With curbing illegal immigration at the top of the current government’s priority list, it is perhaps no surprise that things are changing rapidly concerning checks which employers and letting agencies are required to make. Right to Rent checks were introduced in 2014, as an attempt to make it more difficult for people who are in the UK illegally to find rented property. These checks involve basic identity checks to make sure landlords know who they are renting to, and passport checks to determine nationality, and to make sure that in the case of foreign nationals, that they have the right stamps in their passport to be in the UK. The Home Office has recently announced that the fines in the Right to Rent scheme are to be increased substantially, and this will affect everyone who is planning on taking on a tenancy for a domestic property.


Increases in Fines

For landlords or letting agencies, fines for a first breach of the Right to Rent rules will rise from £80 per lodger and £1,000 per tenant to a maximum of £5,000 per lodger and £10,000 per tenant. For landlords or letting agencies who make repeat breaches, fines will rise to a maximum of £10,000 per lodger and £20,000 per occupier, up from £500 and £3,000, respectively. These increased fines are set to take effect at the beginning of 2024.

Although aimed to make life difficult for illegal immigrants into the UK, these higher fines are going to mean that everyone is going to become aware of the stricter level of checking. Landlords must also comply with discrimination law, and that means not picking and choosing who to check based on their surname or any other protected characteristic. To keep things fair, most landlords will use the same system and process for everyone who is applying to rent a property.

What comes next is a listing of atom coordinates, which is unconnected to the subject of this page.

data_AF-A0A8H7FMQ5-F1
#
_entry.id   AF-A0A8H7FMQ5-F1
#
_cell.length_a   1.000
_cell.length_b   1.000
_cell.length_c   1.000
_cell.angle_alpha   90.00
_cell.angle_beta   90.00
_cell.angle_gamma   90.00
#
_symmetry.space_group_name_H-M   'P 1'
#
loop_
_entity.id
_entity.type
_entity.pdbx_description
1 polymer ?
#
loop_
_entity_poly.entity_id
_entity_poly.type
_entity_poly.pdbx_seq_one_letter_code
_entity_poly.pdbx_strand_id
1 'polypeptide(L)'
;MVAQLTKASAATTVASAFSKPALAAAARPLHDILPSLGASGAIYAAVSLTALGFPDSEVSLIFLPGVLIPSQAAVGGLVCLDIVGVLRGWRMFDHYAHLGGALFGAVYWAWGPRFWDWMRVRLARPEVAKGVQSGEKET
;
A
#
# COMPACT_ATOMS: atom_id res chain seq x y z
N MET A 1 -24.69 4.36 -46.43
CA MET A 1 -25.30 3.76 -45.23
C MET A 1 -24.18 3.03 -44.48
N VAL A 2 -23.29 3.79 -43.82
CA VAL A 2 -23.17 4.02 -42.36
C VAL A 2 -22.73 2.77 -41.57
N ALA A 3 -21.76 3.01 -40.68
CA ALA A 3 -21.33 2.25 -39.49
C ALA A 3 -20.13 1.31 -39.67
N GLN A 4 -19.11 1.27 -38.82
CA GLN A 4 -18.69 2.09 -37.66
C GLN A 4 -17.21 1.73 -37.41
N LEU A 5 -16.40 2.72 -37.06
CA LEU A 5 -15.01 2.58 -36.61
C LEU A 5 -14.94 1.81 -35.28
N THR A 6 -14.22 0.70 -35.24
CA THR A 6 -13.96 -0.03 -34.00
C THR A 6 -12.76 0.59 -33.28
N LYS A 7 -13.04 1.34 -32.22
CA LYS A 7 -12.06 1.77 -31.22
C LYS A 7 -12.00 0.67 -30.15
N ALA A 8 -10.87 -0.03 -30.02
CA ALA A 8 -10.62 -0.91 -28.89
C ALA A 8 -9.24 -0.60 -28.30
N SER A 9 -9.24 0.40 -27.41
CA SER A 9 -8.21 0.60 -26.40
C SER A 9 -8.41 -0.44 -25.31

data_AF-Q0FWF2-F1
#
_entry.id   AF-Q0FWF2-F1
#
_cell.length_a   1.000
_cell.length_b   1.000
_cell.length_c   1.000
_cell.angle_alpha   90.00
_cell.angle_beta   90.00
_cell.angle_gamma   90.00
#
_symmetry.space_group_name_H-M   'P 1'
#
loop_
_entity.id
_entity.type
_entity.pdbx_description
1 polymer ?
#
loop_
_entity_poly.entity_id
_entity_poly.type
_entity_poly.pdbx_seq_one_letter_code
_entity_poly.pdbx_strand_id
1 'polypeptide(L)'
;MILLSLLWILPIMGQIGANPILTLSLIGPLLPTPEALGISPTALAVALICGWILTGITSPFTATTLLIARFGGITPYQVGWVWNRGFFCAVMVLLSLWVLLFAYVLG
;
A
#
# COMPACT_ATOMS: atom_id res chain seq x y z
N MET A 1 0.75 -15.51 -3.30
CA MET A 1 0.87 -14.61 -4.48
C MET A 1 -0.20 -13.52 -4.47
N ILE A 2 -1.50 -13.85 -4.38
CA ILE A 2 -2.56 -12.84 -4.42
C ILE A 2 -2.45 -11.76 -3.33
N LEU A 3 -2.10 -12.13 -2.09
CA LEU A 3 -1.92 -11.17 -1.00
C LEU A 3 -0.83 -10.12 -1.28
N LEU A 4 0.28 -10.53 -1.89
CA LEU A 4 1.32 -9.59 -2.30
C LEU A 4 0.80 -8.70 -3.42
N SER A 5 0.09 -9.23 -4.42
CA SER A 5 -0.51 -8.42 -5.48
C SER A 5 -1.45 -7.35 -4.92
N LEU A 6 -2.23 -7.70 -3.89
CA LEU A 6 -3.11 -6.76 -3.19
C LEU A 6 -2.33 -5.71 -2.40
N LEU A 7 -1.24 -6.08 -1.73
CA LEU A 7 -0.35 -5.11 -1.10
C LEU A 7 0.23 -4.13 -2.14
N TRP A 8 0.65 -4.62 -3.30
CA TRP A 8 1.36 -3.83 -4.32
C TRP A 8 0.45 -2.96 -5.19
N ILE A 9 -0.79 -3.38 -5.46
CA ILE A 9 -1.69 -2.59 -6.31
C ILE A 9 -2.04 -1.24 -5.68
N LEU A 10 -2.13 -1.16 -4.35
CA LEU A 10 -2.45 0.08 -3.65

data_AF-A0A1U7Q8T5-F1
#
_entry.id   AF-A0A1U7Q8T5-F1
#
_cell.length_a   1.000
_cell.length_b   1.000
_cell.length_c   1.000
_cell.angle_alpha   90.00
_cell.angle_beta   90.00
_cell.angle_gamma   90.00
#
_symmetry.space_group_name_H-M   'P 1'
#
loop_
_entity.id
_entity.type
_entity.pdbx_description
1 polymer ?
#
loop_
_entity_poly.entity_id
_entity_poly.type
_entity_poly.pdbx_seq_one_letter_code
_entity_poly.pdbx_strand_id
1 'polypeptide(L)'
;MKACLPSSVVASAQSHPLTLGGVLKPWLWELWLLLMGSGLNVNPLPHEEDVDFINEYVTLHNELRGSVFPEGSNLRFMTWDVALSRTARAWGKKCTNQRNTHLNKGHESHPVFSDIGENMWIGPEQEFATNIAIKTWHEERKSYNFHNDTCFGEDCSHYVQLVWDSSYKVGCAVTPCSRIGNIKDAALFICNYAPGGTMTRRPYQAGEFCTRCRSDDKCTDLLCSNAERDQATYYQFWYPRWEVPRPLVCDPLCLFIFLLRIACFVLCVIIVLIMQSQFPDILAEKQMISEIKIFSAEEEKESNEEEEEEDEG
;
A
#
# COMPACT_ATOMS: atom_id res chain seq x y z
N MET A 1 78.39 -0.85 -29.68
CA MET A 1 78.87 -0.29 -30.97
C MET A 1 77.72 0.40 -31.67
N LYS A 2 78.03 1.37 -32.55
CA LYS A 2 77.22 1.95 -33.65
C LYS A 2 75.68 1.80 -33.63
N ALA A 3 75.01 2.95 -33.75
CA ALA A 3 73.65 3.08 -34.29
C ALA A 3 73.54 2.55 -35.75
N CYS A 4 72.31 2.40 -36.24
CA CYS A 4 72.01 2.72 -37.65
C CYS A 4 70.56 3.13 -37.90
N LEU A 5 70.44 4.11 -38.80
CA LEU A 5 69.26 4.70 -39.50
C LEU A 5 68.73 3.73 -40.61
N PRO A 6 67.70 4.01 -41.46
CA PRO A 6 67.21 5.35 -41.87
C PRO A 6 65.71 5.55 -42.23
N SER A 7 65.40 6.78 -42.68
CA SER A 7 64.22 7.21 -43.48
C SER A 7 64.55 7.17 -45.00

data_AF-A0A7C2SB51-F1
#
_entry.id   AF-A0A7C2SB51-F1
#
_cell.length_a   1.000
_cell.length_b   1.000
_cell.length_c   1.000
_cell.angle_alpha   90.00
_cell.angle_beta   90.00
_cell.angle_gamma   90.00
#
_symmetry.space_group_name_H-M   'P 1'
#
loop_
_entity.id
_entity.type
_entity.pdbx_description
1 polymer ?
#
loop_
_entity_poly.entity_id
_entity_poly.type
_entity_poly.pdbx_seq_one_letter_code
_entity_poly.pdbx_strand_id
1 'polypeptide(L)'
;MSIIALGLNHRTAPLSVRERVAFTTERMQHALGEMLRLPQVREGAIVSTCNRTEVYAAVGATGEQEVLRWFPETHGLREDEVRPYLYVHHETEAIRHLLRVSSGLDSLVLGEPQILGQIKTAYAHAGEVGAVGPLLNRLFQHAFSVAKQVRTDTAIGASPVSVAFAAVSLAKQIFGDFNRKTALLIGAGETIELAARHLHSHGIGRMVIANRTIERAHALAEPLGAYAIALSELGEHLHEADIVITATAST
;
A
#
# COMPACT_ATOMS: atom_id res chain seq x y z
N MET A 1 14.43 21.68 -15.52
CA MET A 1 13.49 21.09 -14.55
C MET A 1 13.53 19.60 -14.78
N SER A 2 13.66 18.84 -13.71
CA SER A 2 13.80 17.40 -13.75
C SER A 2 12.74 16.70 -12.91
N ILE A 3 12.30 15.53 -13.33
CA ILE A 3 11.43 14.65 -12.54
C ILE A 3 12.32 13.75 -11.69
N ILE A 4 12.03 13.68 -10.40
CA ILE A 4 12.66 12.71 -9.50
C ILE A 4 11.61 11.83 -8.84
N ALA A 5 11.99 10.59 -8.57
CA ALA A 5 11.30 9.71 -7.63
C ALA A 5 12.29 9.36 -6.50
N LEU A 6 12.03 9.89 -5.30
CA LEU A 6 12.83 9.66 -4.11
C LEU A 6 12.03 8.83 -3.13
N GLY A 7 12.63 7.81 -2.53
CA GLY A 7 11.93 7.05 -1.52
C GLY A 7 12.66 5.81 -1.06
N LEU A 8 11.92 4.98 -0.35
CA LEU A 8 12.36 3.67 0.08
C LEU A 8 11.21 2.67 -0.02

Right to Rent Checks – How They Work

Anyone who is in the position of trying to find rented property will know that there are several checks to go through before you are accepted and get the keys. Landlords try to minimise their risk of getting a rogue tenant by asking for references from previous landlords, or by running credit checks to make sure that they can afford to pay the rent.

In addition, the Right to Rent check is about checking nationality and immigration status in the UK. The easiest way to do this is by asking the person wanting to rent a property to show a passport to the landlord and letting agency to prove their nationality and immigration status. If you do not have a passport, then other documents which prove your nationality can be provided instead. Landlords might want to keep a copy of your identity documents for their records, in order to prove to the Home Office that they are making checks if audited. Finally, if you hold a foreign passport, the landlord might ask for annual checks as a way of making sure that your Right to Rent status has not changed.